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Google Will Fund Cornell MOOC | The Cornell Daily Sun

Google Will Fund Cornell MOOC | The Cornell Daily Sun | :: The 4th Era :: | Scoop.it

By Jonathan Swartz

 

"With a $50,000 grant from Google, four Cornell professors will transform their class into a massive open online course, or MOOC, enabling them to offer the course to countless students worldwide for free, according to the University. 

 

"The course, ‘Six Pretty Good Books: Explorations in Social Science,’ is taught by Prof. Stephen Ceci, human development, Prof. Jefferson Cowie, labor history, Prof. Jeffrey Hancock, communication and Prof. Michael Macy, sociology. 

 

"According to Macy, because of its integration of technology and emphasis on student participation, the course is already well-suited to become a MOOC."

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:: The 4th Era ::
Exploration of the new era in human history marked by invention of the Internet
Curated by Jim Lerman
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Introducing this work

Introducing this work | :: The 4th Era :: | Scoop.it

For the purposes of this Scoop.it site, the history of human interaction with information may be divided into 4 eras. The first (spoken) era ended with the invention of writing around 3000-4000 BC. The second era ended with the invention of the printing press in 1440. The third era ended, and the fourth began, with the invention of the Internet (depending how one defines its operational beginning) somewhere between 1969 and 1982. We now exist early, but decidedly, in the fourth era.

 

All readers may not agree with this interpretation of history, especially with the division and numbering of the eras. That is not the main point here. Rather, it is that humankind is presently existing in an era distinctly different from the one that preceded it -- that in fact, this new era is accompanied with, and characterized by, a new - and quite different - information landscape. This new Internet information landscape will challenge, disrupt, and overpower the print-oriented one that came before it. It will not completely obliterate that which preceded it, but it will render it to a subsidiary, rather than primary, level of influence.

 

Just as the printing press altered humanity's relationship with information, thereby resulting in massive restructuring of political, religious, economic, social, educational, cultural, scientific, and other realms of life; so too will the Internet occasion analogous transformations in the corresponding universe of present and future human activity.

 

This site will concern itself primarily with how K-20 education in the US, and the people who comprise its constituencies, may be affected by this transformative movement from one era to the next. All ideas considered here appear, to me at least, to impact the learning enterprise in some way. Accordingly, this work looks at the present and the future through a lens that is predominantly, but far from entirely, a digital one. -JL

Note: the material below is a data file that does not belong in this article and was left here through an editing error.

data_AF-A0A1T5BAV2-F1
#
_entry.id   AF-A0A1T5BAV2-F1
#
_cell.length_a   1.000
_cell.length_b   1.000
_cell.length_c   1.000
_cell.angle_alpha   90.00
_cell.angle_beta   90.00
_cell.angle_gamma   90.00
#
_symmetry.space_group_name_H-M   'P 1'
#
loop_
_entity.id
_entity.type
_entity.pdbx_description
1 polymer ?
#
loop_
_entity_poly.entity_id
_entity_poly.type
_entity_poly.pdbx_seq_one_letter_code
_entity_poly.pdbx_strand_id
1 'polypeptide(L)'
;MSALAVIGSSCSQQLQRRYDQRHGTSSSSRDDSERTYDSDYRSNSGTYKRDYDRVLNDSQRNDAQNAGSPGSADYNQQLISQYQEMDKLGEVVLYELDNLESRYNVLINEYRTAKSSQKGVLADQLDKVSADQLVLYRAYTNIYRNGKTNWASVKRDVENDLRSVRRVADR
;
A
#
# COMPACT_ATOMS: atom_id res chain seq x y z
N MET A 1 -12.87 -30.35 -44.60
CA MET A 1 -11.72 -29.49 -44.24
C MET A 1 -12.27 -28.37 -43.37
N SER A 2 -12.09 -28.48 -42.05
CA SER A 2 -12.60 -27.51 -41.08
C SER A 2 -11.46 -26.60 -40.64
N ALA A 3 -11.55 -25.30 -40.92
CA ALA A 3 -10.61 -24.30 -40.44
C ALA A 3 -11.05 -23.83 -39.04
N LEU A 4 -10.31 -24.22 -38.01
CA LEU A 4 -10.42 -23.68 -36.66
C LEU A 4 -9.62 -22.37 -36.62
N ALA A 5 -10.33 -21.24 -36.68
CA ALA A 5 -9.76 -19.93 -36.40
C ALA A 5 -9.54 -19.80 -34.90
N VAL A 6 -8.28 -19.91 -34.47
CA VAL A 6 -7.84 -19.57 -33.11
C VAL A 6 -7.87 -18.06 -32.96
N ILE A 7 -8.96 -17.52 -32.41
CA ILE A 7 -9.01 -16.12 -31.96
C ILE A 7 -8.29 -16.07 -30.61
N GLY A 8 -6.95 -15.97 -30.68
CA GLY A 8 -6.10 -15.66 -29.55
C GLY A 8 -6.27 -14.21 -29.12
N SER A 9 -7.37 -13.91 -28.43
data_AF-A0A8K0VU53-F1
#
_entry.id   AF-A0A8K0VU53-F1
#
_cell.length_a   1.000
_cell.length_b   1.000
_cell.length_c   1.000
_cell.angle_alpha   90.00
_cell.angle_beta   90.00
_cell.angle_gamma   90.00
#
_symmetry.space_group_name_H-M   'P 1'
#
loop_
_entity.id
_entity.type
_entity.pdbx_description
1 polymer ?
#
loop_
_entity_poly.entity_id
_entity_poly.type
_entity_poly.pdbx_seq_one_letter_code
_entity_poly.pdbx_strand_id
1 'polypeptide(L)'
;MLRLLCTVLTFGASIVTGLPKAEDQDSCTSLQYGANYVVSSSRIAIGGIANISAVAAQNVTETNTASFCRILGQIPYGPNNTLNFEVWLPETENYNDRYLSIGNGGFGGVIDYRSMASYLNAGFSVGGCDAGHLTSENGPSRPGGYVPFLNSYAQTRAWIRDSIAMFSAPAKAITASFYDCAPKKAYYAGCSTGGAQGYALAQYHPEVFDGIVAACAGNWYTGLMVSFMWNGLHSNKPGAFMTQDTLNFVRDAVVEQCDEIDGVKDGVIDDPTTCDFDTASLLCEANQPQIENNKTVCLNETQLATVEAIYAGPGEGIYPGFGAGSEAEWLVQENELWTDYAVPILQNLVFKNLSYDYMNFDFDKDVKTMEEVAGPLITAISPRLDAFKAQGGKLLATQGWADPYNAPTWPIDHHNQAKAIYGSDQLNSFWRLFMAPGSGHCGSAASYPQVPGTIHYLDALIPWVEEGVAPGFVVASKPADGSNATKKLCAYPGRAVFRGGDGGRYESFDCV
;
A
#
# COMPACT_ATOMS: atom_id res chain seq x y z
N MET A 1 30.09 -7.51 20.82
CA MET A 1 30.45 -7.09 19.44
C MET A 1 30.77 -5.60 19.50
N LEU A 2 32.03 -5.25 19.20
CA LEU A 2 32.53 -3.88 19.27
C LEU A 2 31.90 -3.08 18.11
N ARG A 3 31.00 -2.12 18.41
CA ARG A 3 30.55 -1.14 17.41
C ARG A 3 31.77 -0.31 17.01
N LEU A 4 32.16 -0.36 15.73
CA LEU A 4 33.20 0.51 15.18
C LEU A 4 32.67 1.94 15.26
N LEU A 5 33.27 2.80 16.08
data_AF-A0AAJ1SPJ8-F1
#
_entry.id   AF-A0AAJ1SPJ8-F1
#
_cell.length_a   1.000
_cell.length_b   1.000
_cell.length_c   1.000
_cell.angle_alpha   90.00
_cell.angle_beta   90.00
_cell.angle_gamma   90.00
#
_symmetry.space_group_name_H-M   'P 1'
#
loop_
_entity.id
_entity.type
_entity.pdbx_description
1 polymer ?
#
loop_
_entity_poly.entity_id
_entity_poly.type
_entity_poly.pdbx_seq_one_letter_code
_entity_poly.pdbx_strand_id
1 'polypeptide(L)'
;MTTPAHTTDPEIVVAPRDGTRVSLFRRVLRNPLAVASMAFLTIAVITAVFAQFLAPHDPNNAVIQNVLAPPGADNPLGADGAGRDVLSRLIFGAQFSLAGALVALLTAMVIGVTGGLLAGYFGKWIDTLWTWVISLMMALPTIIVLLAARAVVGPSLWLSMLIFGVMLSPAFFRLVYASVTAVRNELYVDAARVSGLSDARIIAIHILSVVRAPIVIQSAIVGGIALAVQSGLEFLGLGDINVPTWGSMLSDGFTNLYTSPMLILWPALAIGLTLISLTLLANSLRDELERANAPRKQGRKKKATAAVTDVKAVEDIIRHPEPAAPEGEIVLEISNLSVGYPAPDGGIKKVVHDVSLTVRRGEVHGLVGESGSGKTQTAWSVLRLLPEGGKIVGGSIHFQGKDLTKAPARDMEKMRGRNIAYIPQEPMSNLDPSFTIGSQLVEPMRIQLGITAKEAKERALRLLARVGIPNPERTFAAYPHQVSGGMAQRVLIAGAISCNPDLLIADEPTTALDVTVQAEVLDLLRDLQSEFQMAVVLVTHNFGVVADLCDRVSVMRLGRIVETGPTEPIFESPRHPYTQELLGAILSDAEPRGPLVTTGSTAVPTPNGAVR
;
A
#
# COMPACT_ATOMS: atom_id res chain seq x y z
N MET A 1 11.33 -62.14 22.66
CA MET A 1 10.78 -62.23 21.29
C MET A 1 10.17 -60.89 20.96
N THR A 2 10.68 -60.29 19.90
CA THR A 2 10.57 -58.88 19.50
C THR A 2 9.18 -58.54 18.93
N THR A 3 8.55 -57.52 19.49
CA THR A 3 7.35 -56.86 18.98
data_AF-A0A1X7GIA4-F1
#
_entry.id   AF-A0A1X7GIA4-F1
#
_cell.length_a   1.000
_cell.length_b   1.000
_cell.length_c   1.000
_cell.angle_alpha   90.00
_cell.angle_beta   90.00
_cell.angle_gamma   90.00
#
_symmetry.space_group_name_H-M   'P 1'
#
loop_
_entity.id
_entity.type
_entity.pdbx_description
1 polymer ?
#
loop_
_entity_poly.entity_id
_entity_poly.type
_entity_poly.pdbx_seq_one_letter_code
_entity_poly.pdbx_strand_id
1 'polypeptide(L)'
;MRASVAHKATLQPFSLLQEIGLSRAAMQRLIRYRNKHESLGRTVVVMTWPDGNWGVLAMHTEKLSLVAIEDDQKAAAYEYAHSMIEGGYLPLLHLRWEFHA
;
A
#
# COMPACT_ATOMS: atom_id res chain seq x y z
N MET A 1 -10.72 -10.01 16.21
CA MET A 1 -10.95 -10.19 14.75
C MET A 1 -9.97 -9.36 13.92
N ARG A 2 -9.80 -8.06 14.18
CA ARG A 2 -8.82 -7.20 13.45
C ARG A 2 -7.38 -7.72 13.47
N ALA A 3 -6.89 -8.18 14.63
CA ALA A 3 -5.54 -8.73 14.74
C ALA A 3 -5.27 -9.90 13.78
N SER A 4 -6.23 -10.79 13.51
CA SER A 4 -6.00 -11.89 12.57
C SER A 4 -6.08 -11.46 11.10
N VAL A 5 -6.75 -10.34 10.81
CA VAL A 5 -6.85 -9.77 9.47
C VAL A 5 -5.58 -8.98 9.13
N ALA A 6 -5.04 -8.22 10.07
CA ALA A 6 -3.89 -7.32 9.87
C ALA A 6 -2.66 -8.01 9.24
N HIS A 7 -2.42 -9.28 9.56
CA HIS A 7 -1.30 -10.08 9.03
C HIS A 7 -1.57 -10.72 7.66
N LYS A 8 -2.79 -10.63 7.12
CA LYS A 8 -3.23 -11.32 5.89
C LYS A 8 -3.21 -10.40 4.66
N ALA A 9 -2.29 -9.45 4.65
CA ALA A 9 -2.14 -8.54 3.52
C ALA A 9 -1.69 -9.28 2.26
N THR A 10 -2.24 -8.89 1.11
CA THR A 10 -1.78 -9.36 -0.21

Opinions expressed, scooped, or copied in this Scoop.it topic are my choice, and are in no way to be connected with my employer.

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Margaret Waage's comment, June 20, 2013 4:43 AM
Jim - I like your perspective. Great subject matter here!
Margaret Waage's comment, June 20, 2013 4:46 AM
Shared via LinkedIn!
Azania Nduli-AmaZulu UbuntuPsychology.ORG's curator insight, July 8, 2013 3:24 PM

Beautiful!

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‘The Teacher Wars,’ Dana Goldstein’s History of Education ~ NY Times

‘The Teacher Wars,’ Dana Goldstein’s History of Education ~ NY Times | :: The 4th Era :: | Scoop.it

by Alexander Nazarian


"When it comes to books on public education, we crave a diet of meat as red as a teacher’s cruel pen. In case you plan to write one, here’s a brief primer: 1) Pick a contentious and complex topic, like charter schools, teacher evaluations or standardized testing. 2) Reduce that issue to a Manichaean battle for the soul of the American student, presenting your side as inarguably salvific. 3) Fire off some frightening statistics about Finland or South Korea. 4) Ignore evidence that might dampen your zeal; just remember, above all, that nothing sells books like outrage.

"But in “The Teacher Wars: A History of America’s Most Embattled Profession,” her first book, the journalist Dana Goldstein disregards this facile formula. Ms. Goldstein’s book is meticulously fair and disarmingly balanced, serving up historical commentary instead of a searing philippic. A hate-read is nigh impossible. (Trust me, I tried.) While Ms. Goldstein is sympathetic to the unionized public-school teacher, she also thinks the profession is hamstrung by a defensive selfishness, harboring too fine a memory for ancient wounds."